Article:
By: Mohammad Elias Samimi
Abusive behavior by one partner over another in a relationship is inhuman. Domestic violence, a destructive phenomenon in Afghan society, affects mainly women and may include sexual, spiritual, and physical abuse. Based on recent Afghanistan Independent Human Rights Commission (2018) data, 4,340 cases of domestic violence were recorded. These cases included verbal abuse and physical beating, injuring, burning, and poisoning. From a total of 4,340 reported cases, 1,420 (32.7%) were physical and 1317 cases verbal/psychological (30.3%). Reported domestic violence cases increased 17% compared to 2017 indicating a social human rights issue. Illiteracy, poverty, and lack of the rule of law are leading causes that must be addressed.
Illiteracy in a society is its overall low level of knowledge. Due to the lack of literacy, most Afghans lack knowledge about their own and others’ rights and obligations. According to 2019 World Bank statistics, only 43% of the Afghanistan’s population above 15 years old is literate. Conservative Afghan customs and traditions set the norms in society. In rural districts, a long held common belief is that men should dominate women. The AIHRC (2018) reported 90.3% of cases of domestic violence were committed by men. This fundamental belief opens the door for misusing power and leads to domestic violence against women and girls. Arthur and Clark (2009) point out in The Patriarchal Theory, a custom or belief that males should be dominant persists because they have dominated societies throughout history, and women have been treated as men’s possessions. Indeed, illiteracy must be confronted, and the ability see to other points of view such as equality of the sexes should be taught in schools. Teaching it could reduce a predisposition toward domestic violence.
Depriving females of the right to education drives violence in homes. It violates a girl and woman’s fundamental right to access knowledge and understanding. Lack of education correlates with other issues such as economic dependency, which keeps a woman locked at home for survival. With no education or training, she will not have job skills. Skills are needed to make an income and be able to escape violence in the home. As Arthur and Clark (2009) describe, deprivation of women from education hinders women to compete with men in an academic or professional area because of lack of knowledge and skills, and economic dependency decreases women’s educational, economic, social, and political resources. Currently, in Afghanistan only 29% of women are literate (World Bank, 2019). Domestic violence is reduced when female education is promoted. Knowledge and skills open the door for a job. A job lessens economic dependency, which in turn may decrease the occurrence of staying in a home with the threat of domestic abuse. Both men and women can contribute to economic prosperity, so opportunities for female education will better society and help stop aggression toward women.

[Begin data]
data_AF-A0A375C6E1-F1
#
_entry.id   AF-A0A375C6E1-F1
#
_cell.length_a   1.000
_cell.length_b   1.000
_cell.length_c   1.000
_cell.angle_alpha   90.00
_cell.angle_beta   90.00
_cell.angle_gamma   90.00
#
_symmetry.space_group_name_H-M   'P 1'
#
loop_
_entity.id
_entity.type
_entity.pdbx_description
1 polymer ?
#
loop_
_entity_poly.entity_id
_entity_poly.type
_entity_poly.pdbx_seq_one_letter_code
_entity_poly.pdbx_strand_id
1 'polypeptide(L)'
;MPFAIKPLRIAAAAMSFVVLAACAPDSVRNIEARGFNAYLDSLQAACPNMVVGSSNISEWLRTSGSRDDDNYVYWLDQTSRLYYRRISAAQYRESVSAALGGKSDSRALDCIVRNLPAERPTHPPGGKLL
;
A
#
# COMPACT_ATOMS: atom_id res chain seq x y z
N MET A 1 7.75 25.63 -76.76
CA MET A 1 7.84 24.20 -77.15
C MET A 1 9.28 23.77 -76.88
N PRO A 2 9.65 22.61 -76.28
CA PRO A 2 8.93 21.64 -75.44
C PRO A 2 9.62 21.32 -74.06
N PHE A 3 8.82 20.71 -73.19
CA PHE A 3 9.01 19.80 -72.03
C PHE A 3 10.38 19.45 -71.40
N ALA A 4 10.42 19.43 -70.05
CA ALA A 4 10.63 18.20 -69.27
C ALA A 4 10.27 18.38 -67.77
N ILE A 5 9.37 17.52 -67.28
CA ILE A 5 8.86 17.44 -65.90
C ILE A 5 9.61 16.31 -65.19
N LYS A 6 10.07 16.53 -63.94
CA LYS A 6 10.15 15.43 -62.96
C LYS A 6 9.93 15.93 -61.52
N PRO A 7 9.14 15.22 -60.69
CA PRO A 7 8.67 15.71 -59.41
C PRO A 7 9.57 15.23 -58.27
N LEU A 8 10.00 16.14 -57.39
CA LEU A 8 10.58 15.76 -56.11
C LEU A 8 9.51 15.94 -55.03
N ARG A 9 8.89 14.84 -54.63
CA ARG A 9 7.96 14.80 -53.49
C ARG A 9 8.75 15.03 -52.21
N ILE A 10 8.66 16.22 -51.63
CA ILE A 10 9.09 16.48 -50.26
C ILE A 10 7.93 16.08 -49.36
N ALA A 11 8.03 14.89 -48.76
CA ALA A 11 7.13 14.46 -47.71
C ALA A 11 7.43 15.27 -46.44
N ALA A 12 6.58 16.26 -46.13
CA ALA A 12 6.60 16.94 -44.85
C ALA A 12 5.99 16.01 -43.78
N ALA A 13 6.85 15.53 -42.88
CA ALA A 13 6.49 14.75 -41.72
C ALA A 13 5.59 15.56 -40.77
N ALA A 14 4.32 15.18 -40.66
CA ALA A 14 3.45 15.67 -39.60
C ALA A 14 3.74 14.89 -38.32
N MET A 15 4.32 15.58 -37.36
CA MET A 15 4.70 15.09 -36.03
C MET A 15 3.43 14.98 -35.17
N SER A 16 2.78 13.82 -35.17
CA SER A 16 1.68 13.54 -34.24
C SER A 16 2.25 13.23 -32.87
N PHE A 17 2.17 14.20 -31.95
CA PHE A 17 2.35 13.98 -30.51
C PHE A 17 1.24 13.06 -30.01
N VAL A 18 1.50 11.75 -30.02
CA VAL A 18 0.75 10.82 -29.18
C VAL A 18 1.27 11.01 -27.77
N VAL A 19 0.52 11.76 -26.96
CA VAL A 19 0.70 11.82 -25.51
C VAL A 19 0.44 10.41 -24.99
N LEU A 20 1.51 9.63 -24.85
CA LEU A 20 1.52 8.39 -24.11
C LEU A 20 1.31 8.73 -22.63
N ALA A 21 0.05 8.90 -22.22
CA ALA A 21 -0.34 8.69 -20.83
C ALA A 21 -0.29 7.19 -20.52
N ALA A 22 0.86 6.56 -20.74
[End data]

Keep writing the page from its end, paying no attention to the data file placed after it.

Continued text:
Gender-based discrimination as well arises from a lack of knowledge and economic dependency. Arthur and Clark (2009) state that a lack of knowledge and economic dependency causes isolation. In Afghanistan as women are economically dependent on men who work. Income and access to economic resources gives men a higher position in the family and society as a whole. Women are isolated and vulnerable to a man’s belief that his job is to control. She may have to argue or fight with a spouse for food, clothing, or even shelter. As most males are stronger, they may use physical violence to settle disputes. As Purvin (2007, p. 3) reports, “Women of all socioeconomic backgrounds often remain in abusive situations because of economic dependence on male partners.” In Afghan society, female illiteracy and unequal access to economic resources keep women isolated, and men have more bargaining power, which Arthur and Clark (2009) assert causes domestic violence in a relationship. Although economic dependency limits gender equality and gives a better position to Afghan men, these men may experience excessive mental pressure. In poor households where a man with a low income is bearing all the expenses alone, he may break mentally, feel angry, and lash out with violent language or behavior against family members, including his spouses and children. Allowing women access to education and jobs is a vital part of reducing domestic violence.